Welcome to Business School Briefing. We offer you insights from Andrew Hill and Jonathan Moules, and the pick of top stories being read in business schools. Edited by Wai Kwen Chan and Andrew Jack.
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Andrew Hill’s management challenge
“Trouble on Mount Olympus”, as the FT’s editorial put it, is the big management story this week: McKinsey, the embattled consultancy that sits at the peak of the industry, is suffering leadership turmoil. Kevin Sneader, the incumbent global managing partner, failed to win re-election, after having to handle a series of blows to the firm’s reputation.
As I have written, leading partnerships is hard at the best of times, requiring a subtle combination of authority and (not too much) power. For my management challenge, here’s the question that the FT editorial tried to tackle: what should McKinsey advise McKinsey to do? Send your concise strategy (no PowerPoint decks please) to firstname.lastname@example.org.
In further reading, a compelling profile of Shopify, Canada’s most valuable company, by The Globe and Mail’s Sean Silcoff. He paints an interesting picture of co-founder Tobi Lutke’s idiosyncratic and occasionally abrasive management style. The ecommerce platform for independent merchants is starting to worry Amazon, but Lutke assesses his company like this: “I know it works well, but it’s still terrible. It can get significantly better.”
Jonathan Moules’ business school news
Classes in dispute resolution are gaining popularity and helped one MBA graduate survive a life or death situation as I write in this article: Negotiation skills prove their real-world worth.
This week, I recommend some further listening: a discussion about the business case for diversity between David Thomas, professor emeritus at Harvard Business School, his colleague, HBS professor Robin Ely and Katherine Klein, vice dean for the Wharton Social Impact Initiative.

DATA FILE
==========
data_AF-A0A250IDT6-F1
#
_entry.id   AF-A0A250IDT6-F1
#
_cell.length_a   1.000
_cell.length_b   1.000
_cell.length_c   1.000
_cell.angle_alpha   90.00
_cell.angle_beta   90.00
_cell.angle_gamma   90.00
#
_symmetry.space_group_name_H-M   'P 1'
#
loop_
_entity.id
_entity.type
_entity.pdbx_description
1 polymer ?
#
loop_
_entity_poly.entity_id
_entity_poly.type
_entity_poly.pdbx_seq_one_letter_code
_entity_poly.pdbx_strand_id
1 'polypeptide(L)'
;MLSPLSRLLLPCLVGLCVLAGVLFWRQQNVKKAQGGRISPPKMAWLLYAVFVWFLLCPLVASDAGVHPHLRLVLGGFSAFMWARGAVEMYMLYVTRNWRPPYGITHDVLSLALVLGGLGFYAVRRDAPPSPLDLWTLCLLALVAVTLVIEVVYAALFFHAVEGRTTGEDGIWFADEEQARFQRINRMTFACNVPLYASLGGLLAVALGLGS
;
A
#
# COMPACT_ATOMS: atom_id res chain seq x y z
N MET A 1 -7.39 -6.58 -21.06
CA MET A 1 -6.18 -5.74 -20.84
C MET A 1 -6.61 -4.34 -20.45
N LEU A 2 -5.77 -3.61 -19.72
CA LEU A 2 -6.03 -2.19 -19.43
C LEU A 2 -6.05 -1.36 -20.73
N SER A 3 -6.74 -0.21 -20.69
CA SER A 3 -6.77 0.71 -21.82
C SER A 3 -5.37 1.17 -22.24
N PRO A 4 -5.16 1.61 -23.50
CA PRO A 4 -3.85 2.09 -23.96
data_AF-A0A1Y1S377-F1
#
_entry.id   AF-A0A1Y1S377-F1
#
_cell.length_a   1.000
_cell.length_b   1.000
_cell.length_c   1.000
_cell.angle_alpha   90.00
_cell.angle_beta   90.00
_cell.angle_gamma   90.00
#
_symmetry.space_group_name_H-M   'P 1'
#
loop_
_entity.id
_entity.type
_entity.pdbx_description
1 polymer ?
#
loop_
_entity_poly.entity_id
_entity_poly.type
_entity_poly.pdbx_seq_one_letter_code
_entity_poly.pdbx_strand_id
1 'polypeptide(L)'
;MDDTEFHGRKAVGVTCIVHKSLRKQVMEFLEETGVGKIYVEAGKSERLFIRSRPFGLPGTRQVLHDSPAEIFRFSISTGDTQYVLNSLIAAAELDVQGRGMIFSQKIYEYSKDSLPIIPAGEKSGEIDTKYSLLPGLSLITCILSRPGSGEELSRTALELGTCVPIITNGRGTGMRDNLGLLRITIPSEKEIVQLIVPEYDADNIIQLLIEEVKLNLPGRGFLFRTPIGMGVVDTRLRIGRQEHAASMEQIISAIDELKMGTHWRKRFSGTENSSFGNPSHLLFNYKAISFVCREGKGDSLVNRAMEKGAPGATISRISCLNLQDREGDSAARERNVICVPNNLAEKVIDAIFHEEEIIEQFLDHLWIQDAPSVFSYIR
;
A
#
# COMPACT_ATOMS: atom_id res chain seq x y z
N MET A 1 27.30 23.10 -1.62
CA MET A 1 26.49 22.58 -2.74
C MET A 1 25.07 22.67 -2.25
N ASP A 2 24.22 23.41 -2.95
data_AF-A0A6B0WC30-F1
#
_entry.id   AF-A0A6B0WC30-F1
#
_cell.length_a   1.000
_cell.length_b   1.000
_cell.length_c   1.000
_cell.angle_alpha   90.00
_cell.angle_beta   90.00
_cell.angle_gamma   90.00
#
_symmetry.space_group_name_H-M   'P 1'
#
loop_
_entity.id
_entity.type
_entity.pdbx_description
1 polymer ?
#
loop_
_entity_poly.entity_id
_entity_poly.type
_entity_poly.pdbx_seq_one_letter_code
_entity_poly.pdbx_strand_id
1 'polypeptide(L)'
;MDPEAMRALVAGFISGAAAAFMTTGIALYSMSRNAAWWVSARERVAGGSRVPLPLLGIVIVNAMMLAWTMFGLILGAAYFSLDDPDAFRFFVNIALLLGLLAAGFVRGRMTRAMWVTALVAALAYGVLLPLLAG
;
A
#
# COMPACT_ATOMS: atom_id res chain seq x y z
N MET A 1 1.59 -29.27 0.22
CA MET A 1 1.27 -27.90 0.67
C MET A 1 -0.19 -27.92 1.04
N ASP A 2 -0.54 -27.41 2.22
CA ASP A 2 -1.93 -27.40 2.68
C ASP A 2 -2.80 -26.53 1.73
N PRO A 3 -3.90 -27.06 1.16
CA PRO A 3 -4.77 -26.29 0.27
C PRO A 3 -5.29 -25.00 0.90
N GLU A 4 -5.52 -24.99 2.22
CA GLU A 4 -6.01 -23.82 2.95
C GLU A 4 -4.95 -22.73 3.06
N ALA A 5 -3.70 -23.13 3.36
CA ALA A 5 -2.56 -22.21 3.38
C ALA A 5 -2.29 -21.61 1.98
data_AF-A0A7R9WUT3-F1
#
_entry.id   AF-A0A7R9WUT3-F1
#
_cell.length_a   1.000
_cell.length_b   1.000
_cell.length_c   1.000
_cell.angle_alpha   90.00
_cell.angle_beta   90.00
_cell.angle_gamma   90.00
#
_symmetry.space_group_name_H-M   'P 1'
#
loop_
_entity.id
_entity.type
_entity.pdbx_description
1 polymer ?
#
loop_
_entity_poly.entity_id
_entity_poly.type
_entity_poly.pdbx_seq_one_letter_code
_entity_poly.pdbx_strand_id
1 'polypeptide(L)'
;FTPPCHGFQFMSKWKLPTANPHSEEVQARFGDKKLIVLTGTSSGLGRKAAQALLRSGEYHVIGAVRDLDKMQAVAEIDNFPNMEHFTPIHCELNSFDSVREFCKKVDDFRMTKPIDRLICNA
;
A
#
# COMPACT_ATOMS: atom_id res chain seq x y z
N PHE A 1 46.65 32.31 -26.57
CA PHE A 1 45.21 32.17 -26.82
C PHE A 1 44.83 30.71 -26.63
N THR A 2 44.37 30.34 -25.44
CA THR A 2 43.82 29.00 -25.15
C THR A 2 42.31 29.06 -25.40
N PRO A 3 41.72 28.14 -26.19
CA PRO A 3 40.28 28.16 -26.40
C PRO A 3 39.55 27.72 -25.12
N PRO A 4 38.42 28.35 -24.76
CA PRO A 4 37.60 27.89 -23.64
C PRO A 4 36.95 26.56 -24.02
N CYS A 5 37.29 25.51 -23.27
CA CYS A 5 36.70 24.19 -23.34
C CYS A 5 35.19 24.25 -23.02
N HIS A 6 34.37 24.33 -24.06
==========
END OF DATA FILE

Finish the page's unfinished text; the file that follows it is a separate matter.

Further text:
They stress the benefits of a diverse and inclusive workplace, but say simply replacing white male employees with women and those from traditionally under-represented groups is too simplistic and does not lead to real change or improve financial performance. Strategies for inclusion need to go much deeper.
Since 2017, nearly one in five MBA alumni have started their own company according to an FT survey, writes Sam Stephens. The most popular sectors where graduates are launching start-ups are in consultancy and e-commerce.
There has been a consistent drop in MBA alumni starting a business in finance/banking over the past five years. Alumni surveyed in 2020, the 2021 data point, were asked if their company had been affected by the coronavirus pandemic. The worst-hit sector was retail, with nearly a third of companies started by alumni in this industry were affected.
Further analysis exploring the MBA alumni entrepreneurs can be found here.
How good is your knowledge of the news?
Top business school reads
Warren Buffett warns of ‘bleak future’ for debt investors ‘Bonds are not the place to be these days’ Berkshire Hathaway chief tells shareholders in his annual letter
Nasdaq slides 3.5% as government bond rout accelerates Tech stocks have worst day since October as 10-year Treasury yield rises above 1.5%
‘It needs to change its culture’: is McKinsey losing its mystique? Managing partner Kevin Sneader wants to close the ‘dark chapter’ of an opioid scandal but he needs to rebuild trust in the firm
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